Aspiring scientists from the Zurich School of Applied Sciences have built a video simulation that displays the flight path of every commercial flight in the world over a 24-hour period. There isn’t much of an application for it, but it sure is cool to look at.
While the map may look complex, Dr. Karl Rege tells us he and his team found it surprisingly simple to assemble using data readily available on the internet.
“We used a commercial website called FlightStats to gather global flight and schedule information,” he says. “So there was no need to contact the different airlines.”
The team mined FlightStats for the departure and arrival times of every commercial flight in the world, then plugged it all into a computer to assemble their simulation. For the sake of simplicity, they assumed every plane traveled at the same speed and every flight took the most direct route to its destination. Then every flight was assigned a position on a Miller cylindrical projection, which is similar to a Mercator Projection but doesn’t distort the poles so much.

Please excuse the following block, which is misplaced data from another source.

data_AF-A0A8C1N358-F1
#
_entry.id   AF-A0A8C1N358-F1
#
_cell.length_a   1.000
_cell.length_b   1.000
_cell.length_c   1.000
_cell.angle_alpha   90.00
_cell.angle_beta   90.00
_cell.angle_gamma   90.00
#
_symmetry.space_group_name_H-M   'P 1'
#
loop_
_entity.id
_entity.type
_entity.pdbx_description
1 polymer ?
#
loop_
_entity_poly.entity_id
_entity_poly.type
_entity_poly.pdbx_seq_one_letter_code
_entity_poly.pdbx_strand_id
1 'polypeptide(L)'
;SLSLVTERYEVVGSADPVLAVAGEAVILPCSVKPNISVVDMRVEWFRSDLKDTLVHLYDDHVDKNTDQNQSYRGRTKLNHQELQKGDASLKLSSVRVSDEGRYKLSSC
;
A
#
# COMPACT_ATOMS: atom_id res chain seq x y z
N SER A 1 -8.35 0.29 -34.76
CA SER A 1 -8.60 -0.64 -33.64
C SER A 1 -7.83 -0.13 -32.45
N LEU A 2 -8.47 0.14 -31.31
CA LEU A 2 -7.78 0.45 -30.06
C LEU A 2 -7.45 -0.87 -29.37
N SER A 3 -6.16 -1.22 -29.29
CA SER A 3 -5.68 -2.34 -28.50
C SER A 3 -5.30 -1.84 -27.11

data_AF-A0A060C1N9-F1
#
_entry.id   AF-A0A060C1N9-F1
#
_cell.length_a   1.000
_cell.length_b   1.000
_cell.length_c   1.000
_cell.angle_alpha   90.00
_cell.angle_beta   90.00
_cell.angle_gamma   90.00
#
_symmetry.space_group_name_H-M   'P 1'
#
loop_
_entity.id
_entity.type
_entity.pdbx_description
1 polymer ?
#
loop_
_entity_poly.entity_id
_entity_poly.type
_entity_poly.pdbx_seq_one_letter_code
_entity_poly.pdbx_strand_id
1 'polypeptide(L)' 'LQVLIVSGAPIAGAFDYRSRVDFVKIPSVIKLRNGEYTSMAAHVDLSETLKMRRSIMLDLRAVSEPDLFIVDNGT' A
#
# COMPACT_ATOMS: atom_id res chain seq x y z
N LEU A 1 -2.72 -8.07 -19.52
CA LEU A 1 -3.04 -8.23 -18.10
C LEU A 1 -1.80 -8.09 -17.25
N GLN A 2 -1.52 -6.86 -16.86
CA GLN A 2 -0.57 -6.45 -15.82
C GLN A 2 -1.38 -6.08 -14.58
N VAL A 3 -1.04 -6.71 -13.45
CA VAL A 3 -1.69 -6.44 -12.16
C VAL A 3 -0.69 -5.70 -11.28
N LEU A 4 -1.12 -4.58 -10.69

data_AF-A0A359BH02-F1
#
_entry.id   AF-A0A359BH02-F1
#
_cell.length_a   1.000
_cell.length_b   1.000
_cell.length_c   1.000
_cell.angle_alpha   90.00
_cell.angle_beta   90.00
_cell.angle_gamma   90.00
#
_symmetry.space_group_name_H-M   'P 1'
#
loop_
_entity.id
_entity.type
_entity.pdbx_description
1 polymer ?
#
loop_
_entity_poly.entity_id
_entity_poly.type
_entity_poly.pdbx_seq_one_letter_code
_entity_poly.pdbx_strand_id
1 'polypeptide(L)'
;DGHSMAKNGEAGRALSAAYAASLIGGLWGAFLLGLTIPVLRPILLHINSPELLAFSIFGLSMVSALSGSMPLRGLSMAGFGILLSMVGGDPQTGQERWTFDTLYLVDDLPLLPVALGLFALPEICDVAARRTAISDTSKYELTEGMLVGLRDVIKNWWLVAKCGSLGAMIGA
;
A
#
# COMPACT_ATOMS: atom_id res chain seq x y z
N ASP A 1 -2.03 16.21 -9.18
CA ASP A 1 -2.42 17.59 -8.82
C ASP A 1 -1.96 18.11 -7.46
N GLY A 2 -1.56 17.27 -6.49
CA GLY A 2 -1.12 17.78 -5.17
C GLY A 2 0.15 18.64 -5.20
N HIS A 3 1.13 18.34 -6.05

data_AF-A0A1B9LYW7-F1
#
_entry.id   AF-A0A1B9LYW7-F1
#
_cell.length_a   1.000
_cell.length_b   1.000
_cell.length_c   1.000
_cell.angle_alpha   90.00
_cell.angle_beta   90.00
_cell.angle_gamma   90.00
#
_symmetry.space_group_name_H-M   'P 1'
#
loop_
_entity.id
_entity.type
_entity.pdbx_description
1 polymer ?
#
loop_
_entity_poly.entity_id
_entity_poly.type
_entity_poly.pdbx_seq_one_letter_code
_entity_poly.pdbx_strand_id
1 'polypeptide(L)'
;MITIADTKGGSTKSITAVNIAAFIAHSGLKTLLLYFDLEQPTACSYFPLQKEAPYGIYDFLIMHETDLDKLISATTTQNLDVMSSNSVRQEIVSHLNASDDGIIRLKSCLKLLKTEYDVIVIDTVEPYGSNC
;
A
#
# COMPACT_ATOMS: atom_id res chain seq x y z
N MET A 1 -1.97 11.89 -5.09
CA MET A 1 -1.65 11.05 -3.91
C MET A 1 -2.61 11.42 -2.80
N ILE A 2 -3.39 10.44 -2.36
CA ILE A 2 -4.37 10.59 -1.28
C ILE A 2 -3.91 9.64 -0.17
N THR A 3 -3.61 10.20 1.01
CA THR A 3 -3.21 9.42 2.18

“After that we drew it, that was it,” Rege says. “It was that easy. We are astonished that nobody did it beforehand.”
Well, others have done it, but on a much smaller scale…
Below: Twenty four hours of air traffic above the United States. Notice that around :10 the sky is dark except for red-eyes from the west coast, and then at :15 the east coast explodes with morning flights.
Below: This one shows traffic into and out of Atlanta. Keep in mind that Delta operates the world’s largest hub here.
Below: Flight activity for all U.S. FedEx flights
Below: Flight activity over Europe. This one takes a minute or two to load, but it’s worth the wait.